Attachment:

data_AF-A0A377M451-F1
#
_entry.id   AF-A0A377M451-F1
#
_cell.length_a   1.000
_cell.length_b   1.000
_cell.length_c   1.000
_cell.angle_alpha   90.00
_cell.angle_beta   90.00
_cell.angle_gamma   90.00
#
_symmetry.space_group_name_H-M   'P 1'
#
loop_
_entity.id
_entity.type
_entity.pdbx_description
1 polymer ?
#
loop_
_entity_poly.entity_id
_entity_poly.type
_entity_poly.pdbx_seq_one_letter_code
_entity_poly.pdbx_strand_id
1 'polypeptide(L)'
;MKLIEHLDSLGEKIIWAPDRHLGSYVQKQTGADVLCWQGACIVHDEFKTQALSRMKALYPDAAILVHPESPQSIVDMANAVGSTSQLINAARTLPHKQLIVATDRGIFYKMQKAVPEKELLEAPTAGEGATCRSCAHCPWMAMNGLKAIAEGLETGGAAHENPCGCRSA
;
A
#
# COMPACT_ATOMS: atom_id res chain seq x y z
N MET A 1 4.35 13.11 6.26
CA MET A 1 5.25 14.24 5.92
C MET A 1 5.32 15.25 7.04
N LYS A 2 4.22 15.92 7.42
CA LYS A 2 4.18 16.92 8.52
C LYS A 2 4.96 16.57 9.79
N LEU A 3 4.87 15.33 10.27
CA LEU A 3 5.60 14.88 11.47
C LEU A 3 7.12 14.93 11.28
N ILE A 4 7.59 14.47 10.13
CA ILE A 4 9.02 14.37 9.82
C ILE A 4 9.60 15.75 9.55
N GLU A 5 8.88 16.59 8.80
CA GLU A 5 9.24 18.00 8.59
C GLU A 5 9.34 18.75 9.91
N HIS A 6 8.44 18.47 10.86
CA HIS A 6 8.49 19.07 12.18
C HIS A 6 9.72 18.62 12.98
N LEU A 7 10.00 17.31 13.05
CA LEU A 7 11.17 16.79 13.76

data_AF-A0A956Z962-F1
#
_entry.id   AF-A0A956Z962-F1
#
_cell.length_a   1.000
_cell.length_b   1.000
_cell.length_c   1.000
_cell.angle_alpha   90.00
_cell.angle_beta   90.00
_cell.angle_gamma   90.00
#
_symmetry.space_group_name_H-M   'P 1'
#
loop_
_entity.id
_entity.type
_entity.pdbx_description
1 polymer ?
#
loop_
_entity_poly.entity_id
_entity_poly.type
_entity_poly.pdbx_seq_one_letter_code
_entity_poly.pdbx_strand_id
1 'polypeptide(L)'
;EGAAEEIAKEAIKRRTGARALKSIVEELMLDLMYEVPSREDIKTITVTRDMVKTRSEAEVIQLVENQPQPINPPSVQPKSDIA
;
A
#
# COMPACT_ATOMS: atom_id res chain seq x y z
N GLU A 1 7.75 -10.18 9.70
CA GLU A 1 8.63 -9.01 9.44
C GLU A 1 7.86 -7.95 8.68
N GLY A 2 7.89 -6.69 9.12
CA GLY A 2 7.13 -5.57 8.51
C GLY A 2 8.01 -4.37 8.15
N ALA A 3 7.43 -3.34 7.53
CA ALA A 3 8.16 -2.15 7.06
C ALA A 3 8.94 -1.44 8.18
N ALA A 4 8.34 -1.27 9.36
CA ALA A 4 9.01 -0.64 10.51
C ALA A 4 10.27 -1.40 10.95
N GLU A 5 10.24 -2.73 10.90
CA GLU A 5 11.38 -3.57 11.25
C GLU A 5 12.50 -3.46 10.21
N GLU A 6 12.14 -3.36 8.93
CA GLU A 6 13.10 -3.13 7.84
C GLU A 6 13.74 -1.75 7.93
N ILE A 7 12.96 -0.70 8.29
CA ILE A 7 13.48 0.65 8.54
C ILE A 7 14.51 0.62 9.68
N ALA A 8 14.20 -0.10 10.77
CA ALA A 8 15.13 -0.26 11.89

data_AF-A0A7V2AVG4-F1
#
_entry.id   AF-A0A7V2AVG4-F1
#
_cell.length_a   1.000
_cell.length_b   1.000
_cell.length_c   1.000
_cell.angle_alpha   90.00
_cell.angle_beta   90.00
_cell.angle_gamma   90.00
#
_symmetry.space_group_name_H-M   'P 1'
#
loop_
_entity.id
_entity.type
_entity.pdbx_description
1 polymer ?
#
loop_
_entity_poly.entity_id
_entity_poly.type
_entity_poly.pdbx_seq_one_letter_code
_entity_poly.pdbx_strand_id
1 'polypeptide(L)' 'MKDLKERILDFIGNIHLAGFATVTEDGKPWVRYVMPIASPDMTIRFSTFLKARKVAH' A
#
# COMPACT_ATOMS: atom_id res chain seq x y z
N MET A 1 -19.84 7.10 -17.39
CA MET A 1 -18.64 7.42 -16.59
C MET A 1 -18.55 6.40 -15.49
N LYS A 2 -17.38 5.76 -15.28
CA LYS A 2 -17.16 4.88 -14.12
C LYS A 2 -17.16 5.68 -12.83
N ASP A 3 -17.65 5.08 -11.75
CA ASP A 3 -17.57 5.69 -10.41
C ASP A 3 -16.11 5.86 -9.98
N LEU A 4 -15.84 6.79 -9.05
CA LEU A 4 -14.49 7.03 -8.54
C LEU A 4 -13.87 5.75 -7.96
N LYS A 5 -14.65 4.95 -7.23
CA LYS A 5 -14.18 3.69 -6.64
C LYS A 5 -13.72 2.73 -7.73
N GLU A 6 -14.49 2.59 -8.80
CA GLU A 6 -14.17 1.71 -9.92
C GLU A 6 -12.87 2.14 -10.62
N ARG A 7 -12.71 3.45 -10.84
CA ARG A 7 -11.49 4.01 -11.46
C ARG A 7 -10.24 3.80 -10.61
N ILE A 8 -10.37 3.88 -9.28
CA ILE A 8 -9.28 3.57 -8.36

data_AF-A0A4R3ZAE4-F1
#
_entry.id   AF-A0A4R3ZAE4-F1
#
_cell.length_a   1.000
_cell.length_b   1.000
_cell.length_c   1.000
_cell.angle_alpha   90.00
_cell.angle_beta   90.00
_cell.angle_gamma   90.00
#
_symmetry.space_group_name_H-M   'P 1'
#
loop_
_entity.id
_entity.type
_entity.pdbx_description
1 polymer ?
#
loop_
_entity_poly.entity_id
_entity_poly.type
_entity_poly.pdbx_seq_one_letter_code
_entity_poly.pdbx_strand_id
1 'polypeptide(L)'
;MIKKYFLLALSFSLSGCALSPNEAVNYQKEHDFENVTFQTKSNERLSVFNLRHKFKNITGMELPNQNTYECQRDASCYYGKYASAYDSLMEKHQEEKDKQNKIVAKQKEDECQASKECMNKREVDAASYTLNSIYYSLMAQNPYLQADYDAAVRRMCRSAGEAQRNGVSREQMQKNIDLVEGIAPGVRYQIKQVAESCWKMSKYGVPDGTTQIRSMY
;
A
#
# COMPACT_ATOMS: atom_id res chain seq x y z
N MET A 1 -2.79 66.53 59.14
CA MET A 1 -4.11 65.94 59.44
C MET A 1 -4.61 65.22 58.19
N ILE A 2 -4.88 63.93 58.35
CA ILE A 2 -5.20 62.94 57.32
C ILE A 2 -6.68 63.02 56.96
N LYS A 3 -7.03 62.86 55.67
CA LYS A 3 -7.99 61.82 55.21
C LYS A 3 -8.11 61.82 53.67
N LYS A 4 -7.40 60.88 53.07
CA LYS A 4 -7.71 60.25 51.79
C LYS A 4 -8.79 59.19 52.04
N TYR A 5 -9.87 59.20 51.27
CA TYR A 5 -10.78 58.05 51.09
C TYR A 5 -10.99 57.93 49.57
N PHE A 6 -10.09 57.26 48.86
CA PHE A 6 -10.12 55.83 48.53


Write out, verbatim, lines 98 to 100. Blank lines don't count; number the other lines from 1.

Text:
C GLU A 6 13.74 -1.75 7.93
N ILE A 7 12.96 -0.70 8.29
CA ILE A 7 13.48 0.65 8.54